The turning point comes when people accept the need to impose austerity (punishment) upon themselves. Flogging themselves (or allowing themselves to be flogged), they acquiesce to the flogging of others. And if others protest, if they refuse to take part in the communal purification ritual then they must be killed. The austerity comes on the heels of War, though the causal relationship is unacknowledged. Fascism and War are inseparable. War leads to the graying down of society as there is no money to support the general good. We're headed towards a gray city cordoned off with strands of electrified wire.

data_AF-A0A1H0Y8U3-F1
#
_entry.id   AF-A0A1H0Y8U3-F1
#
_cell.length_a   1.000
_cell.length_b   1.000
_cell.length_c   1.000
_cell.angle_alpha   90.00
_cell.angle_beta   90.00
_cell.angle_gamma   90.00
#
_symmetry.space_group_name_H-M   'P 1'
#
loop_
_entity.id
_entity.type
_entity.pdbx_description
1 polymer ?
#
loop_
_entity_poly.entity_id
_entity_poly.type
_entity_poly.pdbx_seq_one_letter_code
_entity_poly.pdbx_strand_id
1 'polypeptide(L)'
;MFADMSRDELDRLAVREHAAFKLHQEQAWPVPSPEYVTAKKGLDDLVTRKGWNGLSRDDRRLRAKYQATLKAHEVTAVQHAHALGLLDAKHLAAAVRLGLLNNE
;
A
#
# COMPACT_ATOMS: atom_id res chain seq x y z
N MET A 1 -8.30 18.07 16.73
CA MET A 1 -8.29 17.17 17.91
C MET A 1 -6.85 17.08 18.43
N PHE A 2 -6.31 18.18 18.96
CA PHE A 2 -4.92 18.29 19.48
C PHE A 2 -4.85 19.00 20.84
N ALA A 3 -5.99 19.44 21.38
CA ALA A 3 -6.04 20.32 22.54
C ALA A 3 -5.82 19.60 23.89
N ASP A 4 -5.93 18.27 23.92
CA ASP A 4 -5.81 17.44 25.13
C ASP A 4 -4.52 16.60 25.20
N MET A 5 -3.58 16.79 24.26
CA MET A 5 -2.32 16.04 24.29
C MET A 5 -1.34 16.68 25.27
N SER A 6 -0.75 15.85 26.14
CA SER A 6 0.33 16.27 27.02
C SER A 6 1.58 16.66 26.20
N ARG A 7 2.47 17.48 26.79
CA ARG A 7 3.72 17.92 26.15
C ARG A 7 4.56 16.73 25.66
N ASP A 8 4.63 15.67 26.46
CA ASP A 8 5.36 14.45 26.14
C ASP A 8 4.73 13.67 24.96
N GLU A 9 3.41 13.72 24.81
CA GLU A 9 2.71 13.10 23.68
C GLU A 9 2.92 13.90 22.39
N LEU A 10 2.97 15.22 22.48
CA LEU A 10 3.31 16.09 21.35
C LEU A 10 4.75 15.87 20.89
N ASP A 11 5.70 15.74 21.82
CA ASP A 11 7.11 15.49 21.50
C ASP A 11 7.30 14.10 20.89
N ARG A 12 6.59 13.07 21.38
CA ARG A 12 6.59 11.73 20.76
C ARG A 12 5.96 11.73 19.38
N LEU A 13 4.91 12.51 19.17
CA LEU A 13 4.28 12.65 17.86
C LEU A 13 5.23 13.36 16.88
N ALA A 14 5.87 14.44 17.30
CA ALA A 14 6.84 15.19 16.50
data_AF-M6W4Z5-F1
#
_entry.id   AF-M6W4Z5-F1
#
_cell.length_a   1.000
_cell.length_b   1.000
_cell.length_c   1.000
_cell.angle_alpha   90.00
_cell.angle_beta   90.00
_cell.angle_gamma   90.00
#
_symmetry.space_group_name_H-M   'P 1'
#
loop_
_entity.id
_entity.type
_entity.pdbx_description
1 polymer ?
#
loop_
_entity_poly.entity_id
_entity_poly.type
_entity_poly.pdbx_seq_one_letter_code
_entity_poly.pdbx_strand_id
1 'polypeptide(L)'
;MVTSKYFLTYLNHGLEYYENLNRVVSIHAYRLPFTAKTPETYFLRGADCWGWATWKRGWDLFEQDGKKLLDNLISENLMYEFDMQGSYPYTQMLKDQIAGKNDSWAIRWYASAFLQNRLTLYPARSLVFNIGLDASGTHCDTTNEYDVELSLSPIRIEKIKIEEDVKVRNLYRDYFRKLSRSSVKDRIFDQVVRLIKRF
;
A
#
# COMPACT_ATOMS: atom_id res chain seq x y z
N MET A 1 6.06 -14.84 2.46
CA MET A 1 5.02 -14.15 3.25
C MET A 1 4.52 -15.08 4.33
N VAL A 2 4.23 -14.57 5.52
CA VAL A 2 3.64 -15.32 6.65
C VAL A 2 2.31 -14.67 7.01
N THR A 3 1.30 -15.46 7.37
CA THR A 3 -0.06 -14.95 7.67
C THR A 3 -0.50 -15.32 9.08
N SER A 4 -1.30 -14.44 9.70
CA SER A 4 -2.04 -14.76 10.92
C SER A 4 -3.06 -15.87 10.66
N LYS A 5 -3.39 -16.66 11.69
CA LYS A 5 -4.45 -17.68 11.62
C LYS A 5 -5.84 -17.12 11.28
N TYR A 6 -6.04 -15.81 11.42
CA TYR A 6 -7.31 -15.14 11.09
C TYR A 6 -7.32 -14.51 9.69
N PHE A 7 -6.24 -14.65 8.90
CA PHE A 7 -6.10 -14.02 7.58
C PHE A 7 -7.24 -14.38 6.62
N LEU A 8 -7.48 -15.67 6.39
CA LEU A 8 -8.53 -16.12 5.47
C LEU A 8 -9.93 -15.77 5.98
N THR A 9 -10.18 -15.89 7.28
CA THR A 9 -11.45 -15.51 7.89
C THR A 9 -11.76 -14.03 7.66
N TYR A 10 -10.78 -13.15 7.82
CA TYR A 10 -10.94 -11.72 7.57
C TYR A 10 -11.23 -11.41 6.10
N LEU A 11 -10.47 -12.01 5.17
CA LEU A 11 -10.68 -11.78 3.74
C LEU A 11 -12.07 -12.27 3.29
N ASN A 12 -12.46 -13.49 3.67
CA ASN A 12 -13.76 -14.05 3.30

deez needs prozac (ok, generic fluoxetine from canada, etc)
written by frankenduf, November 15, 2010 1:19
yo deez- i like ur post, but a bit 2 pessimistic- even in the worst case ethical scenario, where we stimulate the economy via guns instead of butter, we could rebound into a freer society- this is what happened post WW2, as the middle class blossomed and spurred the liberal civil society movements of the 60s- while it may be true that we are ripe for a fascist movement, it could just as easily spur a progressive movement- after all, disenchantment with bush fascist policy led to a rising tide of support for the green party, and then for hope/change (rather than the fear/resentment cycle u warn of)- so, whaddya say we at least leave it up to the powers of divine comedy and flip a coin- after the repubs further gut our civil society we will get heads: president palin and the brownshirts, or tails: president nader and a new deal?
What? Me prozac?
written by diesel, November 15, 2010 4:51